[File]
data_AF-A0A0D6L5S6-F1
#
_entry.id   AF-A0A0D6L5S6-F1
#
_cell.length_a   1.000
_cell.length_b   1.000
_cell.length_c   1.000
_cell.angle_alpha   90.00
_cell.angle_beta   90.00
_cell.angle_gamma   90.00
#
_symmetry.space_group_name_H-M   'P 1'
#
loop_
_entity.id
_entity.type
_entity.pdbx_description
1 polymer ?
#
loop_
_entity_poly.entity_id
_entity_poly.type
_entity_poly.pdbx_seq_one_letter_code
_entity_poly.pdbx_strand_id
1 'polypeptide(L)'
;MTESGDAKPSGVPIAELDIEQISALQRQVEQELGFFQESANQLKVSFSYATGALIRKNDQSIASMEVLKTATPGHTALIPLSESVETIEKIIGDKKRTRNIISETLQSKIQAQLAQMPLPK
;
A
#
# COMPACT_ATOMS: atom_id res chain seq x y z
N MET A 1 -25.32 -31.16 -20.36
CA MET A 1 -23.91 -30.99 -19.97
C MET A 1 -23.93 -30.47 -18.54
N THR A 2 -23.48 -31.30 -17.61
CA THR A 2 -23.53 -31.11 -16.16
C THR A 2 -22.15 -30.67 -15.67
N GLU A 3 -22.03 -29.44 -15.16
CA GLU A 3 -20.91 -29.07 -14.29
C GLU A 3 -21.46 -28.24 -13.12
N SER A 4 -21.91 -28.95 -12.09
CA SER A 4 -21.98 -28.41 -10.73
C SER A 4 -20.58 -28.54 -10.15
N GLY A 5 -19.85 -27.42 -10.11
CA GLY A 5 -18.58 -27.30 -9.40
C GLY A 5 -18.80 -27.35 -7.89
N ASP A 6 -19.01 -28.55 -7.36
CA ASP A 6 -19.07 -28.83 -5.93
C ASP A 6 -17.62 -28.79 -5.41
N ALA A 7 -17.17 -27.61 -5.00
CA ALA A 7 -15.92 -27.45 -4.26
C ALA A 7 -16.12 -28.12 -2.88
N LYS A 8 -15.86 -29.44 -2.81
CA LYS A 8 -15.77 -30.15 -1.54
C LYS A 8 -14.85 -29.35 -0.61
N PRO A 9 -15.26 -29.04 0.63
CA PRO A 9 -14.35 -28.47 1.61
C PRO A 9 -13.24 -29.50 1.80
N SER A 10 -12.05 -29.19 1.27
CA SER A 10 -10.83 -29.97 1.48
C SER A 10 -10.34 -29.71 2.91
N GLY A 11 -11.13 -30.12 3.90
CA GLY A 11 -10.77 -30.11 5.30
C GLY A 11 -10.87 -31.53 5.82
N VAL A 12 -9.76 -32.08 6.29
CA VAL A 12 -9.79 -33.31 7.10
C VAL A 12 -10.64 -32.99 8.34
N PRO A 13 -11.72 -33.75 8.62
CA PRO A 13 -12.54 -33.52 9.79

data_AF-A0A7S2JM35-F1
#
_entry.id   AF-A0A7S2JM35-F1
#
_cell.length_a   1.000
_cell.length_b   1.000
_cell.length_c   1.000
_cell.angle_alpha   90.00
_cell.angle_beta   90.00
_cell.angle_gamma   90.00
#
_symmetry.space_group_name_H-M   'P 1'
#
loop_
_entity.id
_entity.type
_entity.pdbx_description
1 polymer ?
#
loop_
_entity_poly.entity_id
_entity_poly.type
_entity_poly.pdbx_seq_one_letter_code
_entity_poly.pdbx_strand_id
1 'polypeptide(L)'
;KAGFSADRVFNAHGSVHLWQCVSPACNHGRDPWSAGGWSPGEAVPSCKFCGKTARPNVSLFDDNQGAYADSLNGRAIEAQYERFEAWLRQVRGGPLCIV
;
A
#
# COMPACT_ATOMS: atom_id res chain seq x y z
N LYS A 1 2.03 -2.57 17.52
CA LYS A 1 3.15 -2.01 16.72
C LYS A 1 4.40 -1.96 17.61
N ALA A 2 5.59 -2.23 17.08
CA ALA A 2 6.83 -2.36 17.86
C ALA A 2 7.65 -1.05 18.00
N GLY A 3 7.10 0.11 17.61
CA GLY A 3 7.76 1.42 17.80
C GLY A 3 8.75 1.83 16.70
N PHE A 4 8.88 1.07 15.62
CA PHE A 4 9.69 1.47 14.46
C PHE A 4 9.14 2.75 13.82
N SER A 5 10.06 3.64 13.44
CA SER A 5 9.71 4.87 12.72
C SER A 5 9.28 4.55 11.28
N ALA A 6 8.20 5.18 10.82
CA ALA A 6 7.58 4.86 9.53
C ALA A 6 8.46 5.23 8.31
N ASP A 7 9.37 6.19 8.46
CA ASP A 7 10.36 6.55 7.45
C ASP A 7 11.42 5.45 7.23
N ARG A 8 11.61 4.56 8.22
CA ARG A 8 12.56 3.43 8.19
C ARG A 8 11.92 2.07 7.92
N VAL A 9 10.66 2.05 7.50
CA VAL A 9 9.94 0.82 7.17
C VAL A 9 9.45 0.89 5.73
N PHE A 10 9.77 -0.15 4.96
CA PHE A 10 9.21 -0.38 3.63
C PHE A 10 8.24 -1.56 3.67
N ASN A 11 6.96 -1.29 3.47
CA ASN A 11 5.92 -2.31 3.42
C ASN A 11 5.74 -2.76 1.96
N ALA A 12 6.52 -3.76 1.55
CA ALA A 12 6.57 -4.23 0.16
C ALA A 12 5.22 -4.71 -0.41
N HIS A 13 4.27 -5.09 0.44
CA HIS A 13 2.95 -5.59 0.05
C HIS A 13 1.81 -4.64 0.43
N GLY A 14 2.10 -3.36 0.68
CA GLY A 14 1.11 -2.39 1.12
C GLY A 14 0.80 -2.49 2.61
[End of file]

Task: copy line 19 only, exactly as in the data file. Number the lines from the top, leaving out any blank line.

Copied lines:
#